Latinos living in the United States are disproportionately diagnosed with non-alcoholic fatty liver disease (NAFLD) and its more severe form, non-alcoholic steatohepatitis (NASH), and rates are rising among adults in their 20s and children.

Often referred to as “silent diseases,” NAFLD and NASH are responsible for a growing proportion of advanced liver disease, mirroring a global rise in obesity. Fatty liver disease can lead to liver fibrosis, cirrhosis and even liver cancer. With no effective approved medical therapies, management depends on lifestyle changes such as weight loss and exercise.

NASH, which causes swelling in the liver, affects between a quarter and a third of people in the United States, and it’s estimated that rates of NASH are highest among Latinos. Because there aren’t many symptoms associated with the condition, it can be difficult for patients to know they have it. Raising awareness is essential to getting patients the care needed to minimize progression, according to experts.

When left untreated, NASH can lead to severe scarring known as cirrhosis as well as long-term liver damage that can advance to liver failure.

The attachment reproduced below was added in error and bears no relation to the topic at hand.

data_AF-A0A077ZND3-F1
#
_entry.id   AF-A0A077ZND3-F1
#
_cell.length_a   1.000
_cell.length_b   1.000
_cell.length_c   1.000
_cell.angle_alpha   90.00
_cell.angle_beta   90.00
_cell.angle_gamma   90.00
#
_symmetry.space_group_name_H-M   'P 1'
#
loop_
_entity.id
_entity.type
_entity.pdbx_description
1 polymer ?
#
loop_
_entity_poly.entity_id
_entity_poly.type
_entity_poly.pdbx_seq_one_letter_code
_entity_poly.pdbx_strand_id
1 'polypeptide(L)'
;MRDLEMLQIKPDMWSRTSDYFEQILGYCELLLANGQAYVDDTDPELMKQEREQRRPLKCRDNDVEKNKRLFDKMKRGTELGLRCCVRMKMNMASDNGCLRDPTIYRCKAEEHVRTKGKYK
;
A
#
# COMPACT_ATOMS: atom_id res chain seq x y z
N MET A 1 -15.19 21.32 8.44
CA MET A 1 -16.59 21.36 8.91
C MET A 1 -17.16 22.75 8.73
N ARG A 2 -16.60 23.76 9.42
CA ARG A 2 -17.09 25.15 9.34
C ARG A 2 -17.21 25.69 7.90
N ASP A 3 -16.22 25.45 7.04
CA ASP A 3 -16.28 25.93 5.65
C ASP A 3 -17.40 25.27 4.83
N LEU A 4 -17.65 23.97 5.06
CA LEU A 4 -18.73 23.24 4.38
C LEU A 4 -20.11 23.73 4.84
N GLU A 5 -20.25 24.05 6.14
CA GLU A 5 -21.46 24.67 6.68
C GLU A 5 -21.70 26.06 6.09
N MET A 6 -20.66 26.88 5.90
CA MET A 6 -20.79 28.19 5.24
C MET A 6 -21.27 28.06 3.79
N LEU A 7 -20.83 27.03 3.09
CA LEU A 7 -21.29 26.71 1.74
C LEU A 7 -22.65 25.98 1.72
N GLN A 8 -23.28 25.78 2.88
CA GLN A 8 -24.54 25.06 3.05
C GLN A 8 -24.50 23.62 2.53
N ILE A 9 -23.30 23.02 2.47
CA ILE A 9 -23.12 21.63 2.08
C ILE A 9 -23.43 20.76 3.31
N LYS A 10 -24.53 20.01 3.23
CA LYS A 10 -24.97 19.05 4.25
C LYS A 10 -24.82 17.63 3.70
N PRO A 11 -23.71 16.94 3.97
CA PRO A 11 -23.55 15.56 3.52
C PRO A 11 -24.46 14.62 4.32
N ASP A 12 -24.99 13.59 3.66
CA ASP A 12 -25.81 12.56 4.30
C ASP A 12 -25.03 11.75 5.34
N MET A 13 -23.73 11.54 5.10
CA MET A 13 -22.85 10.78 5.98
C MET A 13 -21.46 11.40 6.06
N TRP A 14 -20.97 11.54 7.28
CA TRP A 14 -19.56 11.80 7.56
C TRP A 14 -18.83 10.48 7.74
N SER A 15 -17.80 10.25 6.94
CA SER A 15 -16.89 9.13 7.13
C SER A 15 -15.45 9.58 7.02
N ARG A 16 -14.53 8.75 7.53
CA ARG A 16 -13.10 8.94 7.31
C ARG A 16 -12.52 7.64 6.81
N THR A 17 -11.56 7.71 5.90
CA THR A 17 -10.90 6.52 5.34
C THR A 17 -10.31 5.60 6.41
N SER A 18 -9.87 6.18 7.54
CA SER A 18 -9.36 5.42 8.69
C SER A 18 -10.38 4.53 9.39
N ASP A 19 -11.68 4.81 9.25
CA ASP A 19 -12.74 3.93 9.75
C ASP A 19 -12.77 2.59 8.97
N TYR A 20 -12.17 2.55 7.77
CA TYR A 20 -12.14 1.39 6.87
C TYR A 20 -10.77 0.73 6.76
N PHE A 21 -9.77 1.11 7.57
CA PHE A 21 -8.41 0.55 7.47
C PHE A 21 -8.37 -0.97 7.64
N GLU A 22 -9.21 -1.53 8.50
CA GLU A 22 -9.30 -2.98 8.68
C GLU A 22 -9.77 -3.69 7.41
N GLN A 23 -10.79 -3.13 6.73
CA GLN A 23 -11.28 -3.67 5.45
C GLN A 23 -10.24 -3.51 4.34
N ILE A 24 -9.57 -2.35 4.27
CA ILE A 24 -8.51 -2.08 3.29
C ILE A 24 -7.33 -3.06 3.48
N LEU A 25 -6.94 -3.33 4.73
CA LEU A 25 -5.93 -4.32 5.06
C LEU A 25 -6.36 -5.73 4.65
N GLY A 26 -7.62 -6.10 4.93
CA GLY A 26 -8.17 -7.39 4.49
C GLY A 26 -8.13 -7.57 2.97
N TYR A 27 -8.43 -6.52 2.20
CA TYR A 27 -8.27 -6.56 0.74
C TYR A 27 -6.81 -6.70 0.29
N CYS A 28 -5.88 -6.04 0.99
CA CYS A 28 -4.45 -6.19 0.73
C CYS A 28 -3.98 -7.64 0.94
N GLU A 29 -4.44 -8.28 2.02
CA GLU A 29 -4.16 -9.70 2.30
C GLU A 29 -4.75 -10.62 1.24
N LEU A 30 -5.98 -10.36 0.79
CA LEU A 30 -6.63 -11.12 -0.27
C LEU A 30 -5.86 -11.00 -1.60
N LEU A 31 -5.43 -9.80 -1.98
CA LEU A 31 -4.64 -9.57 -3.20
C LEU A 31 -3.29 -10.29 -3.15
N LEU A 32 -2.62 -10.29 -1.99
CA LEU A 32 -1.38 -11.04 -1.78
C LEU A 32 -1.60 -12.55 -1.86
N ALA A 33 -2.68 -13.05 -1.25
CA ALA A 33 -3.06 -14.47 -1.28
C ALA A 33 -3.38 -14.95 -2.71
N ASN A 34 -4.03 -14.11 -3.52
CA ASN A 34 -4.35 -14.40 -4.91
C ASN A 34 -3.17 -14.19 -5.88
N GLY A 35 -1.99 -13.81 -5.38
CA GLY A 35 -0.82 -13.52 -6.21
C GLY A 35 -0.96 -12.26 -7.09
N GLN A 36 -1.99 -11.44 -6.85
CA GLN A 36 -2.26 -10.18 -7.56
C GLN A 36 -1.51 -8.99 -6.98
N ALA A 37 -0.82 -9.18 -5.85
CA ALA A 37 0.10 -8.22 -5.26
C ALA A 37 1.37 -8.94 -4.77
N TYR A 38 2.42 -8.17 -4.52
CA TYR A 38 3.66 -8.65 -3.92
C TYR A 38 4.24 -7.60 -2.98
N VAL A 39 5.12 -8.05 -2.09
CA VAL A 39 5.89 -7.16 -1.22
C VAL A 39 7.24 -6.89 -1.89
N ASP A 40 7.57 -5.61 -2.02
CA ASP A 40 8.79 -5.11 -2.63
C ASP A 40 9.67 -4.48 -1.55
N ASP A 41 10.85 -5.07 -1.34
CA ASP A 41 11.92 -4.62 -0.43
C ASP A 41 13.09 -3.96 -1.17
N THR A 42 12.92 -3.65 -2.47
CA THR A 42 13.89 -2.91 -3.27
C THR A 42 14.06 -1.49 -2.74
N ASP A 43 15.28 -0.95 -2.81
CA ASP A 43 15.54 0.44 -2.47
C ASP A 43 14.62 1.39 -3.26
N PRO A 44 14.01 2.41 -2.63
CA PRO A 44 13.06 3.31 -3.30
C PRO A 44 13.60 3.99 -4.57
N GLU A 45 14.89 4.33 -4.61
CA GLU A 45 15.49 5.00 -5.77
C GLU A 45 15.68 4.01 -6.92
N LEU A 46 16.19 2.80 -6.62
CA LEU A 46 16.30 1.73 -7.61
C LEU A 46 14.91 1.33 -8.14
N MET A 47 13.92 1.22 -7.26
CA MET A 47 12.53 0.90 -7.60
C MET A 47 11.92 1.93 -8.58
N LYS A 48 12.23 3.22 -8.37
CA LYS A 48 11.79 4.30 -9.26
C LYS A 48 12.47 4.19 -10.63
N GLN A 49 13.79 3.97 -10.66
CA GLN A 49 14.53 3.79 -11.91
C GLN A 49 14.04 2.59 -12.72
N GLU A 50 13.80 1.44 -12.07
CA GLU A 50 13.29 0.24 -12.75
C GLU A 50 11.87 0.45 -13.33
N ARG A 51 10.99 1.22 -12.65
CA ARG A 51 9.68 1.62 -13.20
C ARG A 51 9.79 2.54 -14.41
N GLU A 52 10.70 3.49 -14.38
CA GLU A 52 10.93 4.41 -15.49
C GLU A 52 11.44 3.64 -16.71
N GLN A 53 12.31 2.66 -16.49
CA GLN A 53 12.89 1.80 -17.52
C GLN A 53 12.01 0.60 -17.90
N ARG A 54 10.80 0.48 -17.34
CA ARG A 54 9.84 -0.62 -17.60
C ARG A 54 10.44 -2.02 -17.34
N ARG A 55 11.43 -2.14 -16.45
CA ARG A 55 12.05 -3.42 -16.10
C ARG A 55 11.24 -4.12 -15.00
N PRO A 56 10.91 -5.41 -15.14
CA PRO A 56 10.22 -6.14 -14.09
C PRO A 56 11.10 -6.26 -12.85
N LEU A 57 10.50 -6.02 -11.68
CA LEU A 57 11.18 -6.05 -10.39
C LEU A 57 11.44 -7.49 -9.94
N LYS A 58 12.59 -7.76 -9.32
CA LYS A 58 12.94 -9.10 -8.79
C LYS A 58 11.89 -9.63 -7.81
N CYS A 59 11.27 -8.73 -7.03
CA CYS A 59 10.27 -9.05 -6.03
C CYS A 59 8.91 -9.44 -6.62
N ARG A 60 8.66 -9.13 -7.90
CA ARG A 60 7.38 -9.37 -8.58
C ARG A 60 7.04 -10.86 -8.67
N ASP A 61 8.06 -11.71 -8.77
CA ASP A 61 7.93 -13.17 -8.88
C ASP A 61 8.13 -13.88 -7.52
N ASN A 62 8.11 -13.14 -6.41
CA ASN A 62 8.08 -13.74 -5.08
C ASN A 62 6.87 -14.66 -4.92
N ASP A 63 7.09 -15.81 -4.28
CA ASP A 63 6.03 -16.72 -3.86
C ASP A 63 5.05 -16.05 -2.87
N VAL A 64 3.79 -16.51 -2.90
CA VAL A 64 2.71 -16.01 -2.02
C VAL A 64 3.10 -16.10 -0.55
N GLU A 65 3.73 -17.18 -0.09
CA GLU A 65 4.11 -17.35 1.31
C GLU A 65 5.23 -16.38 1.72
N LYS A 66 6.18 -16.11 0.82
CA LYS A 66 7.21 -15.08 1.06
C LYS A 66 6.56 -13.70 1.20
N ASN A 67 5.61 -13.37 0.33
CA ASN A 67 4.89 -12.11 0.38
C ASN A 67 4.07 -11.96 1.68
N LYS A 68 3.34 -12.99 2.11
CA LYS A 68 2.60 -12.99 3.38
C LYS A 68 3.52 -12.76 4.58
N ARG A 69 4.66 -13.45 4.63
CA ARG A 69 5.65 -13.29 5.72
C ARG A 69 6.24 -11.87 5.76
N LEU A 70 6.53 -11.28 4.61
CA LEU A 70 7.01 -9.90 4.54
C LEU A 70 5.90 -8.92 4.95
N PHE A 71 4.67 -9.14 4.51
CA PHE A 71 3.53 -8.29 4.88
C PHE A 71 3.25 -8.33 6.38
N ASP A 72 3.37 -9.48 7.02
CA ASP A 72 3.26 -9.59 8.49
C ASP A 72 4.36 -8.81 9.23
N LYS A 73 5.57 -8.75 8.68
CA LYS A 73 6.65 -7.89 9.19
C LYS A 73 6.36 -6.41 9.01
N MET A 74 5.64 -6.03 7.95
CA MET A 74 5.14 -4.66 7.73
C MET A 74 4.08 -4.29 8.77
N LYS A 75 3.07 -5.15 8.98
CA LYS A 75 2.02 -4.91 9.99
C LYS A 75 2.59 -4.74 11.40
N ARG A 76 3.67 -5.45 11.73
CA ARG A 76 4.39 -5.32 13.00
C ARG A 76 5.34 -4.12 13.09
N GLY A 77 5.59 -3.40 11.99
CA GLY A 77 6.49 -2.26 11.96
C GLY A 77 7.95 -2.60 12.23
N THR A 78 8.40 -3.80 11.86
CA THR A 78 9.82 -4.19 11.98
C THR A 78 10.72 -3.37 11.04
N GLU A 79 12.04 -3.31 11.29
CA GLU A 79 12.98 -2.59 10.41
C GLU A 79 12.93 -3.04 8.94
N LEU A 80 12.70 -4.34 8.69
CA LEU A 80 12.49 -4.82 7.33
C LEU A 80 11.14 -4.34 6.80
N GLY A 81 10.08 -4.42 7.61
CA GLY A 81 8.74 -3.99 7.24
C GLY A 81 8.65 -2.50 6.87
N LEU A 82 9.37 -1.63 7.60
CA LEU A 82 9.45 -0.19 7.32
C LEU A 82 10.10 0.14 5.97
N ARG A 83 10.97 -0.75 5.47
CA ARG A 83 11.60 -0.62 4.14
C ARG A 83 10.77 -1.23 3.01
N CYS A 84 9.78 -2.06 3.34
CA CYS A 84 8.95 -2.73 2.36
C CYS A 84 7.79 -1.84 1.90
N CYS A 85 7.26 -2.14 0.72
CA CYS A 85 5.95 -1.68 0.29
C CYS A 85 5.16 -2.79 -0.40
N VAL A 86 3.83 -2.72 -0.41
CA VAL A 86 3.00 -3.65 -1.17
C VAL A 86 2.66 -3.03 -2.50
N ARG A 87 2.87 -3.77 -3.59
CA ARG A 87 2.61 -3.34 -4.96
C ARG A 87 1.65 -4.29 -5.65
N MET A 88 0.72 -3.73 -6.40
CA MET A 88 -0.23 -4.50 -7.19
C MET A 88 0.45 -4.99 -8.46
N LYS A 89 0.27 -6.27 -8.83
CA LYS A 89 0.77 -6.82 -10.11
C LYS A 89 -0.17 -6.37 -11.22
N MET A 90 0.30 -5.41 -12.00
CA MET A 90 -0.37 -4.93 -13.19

Among patients with NAFLD, Latinos account for most cases of NASH, according to an analysis of 10 studies published in the Journal of Clinical Gastroenterology and Hepatology.

“There definitely is some disparity around diagnosis, around awareness and around progression," said gastroenterologist and hepatologist Nadege Gunn, MD, of the Impact Research Institute, who is also an adjunct professor at Texas A&M University College of Medicine, in an article in USA Today.

“It’s just such a quiet, just nondescript condition that people fall into finding out about,” she added. “When there’s no access or limited resources to diagnose in communities of color, you’re certainly going to find that there’s some differences as far as linkage to care.”

Latino women in particular are disproportionately diagnosed with NASH, according to Gunn, who said genetics and diet may factor into these rates.

According to the Children’s Liver Disease Foundation, NAFLD is the most common form of liver disease among children. According to the National Institutes of Health, between 5% and 10% of American children have NAFLD and 20% to 50% of those children have NASH.

Additional research is needed to understand why cases in children are rising. For children and young people, having excess weight or obesity, not getting enough exercise, having a poor diet or having type 2 diabetes or insulin resistance put them at higher risk.

Changes in lifestyle such as weight loss and better nutrition can help manage and improve NAFLD over time, but early diagnosis is crucial to reverse some damage.